Flying was a passion of Nancy Batson Crews.
She learned to fly through the Civilian Pilot Training Program at the
University of Alabama, earned her Private Pilot's License on June 15, 1940, her
Commercial License (winter) and her instructor's rating (spring) 1942. The fall
of 1942, she was one of twenty-eight professional women pilots accepted for the
experimental Women's Auxiliary Ferrying Squadron (WAFS), Ferrying Division Air
Transport Command, U.S. Army Air Forces. She served October 1942-December
The first Alabama woman to fly military aircraft,
Nancy was an accomplished pilot who ferried fighters from the factory to the
docks. Once, when she was unable to lower the nose gear on a twin engine P-38,
she exhibited uncommon nerve and skill getting the gear unstuck while in
mid-air, then coolly landing without further incident.
A natural leader, she served as president of her
residence hall during her junior year and president of the Women's Student
Government Association her senior year at the University of Alabama. She
graduated in 1941. When the WASPs (Women Airforce Service Pilots) - as the WAFS
became known after August 1943 - formed a post-war organization in the early
1970's, Nancy was elected their first president. She served 1972-1975, drafting
the by-laws by which the organization is run today.
Nancy was one of four children born to Stephen
Radford and Ruth Philips Batson of Birmingham, Alabama. Her parents supported
her desire to fly. After WWII, Nancy married Paul Crews, her college
sweetheart. His career took them to California where they raised two sons and a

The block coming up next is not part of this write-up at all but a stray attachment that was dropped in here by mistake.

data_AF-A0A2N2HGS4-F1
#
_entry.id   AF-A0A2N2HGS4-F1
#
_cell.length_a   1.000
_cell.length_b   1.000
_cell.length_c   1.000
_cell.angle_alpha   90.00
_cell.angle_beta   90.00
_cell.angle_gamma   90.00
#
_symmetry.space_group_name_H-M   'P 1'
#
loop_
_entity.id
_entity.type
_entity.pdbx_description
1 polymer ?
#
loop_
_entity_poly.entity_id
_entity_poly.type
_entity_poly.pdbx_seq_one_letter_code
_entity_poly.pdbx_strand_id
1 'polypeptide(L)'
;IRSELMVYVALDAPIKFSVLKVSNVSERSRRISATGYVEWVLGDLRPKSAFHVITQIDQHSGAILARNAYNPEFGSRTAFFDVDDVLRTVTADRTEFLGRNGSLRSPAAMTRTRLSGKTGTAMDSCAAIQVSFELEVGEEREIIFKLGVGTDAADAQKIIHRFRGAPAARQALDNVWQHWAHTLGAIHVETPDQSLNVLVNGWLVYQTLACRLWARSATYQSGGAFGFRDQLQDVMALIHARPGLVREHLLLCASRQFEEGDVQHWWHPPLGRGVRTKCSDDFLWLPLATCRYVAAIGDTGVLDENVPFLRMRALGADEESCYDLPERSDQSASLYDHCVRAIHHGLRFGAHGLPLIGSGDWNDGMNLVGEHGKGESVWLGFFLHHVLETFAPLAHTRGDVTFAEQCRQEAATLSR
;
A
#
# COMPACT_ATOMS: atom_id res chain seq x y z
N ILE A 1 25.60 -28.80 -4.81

daughter. One son is now an airline pilot. Nancy didn't fly between 1949 and
1959, but when the children were school age, she resumed flying. She owned a
succession of airplanes, flight instructed, competed in three Powder Puff
Derbies, and became a glider pilot and instructor in California after age
After Paul's death in 1978, Nancy served one term
as mayor of California City, then moved back to Alabama. She established a
successful real estate development business by building houses on land she
inherited from her father. She served one term as a St. Clair County Airport
commissioner. In 1989, she was the first woman inducted into the Alabama
Aviation Hall of Fame. In 1997, a plaque in her name was placed in aviation's
prestigious Forest of Friendship, near Amelia Earhart's Atchison, Kansas
birthplace. Her WAFS uniform, first logbook, and Mooney Mite airplane are
enshrined at the Southern Museum of Flight in Birmingham, Alabama.
Multitalented and adaptable in her approach to life, Nancy is a role model for
today's young women whether they fly or not.
In September 1999, at age seventy-nine, Nancy had
the opportunity to fly co-pilot in a corporate King Air twin-engine turbo jet.
She passed all her necessary ratings and flew several trips. Her last flight
was not long after her eightieth birthday, shortly before she was grounded by a
terminal illness that claimed her life.